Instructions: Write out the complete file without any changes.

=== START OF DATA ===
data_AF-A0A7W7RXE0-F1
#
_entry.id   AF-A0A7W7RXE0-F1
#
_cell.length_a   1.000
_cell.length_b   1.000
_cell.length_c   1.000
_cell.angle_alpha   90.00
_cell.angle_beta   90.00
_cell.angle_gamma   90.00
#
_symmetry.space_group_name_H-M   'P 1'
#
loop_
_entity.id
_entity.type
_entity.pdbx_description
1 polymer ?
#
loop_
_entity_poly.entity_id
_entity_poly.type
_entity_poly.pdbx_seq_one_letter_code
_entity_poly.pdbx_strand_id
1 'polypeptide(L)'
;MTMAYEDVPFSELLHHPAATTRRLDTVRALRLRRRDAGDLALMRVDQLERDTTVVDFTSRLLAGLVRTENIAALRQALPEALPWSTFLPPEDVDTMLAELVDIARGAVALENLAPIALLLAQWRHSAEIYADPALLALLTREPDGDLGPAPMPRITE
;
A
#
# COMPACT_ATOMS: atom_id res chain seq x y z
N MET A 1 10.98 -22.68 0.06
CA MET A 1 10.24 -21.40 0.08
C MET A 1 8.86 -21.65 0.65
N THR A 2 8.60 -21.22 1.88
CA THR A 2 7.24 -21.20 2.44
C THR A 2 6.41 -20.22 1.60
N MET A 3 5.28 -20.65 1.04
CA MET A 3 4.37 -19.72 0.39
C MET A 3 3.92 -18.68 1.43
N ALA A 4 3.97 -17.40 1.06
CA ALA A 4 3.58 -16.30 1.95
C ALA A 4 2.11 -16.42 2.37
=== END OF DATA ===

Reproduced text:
data_AF-A0A7W7RXE0-F1
#
_entry.id   AF-A0A7W7RXE0-F1
#
_cell.length_a   1.000
_cell.length_b   1.000
_cell.length_c   1.000
_cell.angle_alpha   90.00
_cell.angle_beta   90.00
_cell.angle_gamma   90.00
#
_symmetry.space_group_name_H-M   'P 1'
#
loop_
_entity.id
_entity.type
_entity.pdbx_description
1 polymer ?
#
loop_
_entity_poly.entity_id
_entity_poly.type
_entity_poly.pdbx_seq_one_letter_code
_entity_poly.pdbx_strand_id
1 'polypeptide(L)'
;MTMAYEDVPFSELLHHPAATTRRLDTVRALRLRRRDAGDLALMRVDQLERDTTVVDFTSRLLAGLVRTENIAALRQALPEALPWSTFLPPEDVDTMLAELVDIARGAVALENLAPIALLLAQWRHSAEIYADPALLALLTREPDGDLGPAPMPRITE
;
A
#
# COMPACT_ATOMS: atom_id res chain seq x y z
N MET A 1 10.98 -22.68 0.06
CA MET A 1 10.24 -21.40 0.08
C MET A 1 8.86 -21.65 0.65
N THR A 2 8.60 -21.22 1.88
CA THR A 2 7.24 -21.20 2.44
C THR A 2 6.41 -20.22 1.60
N MET A 3 5.28 -20.65 1.04
CA MET A 3 4.37 -19.72 0.39
C MET A 3 3.92 -18.68 1.43
N ALA A 4 3.97 -17.40 1.06
CA ALA A 4 3.58 -16.30 1.95
C ALA A 4 2.11 -16.42 2.37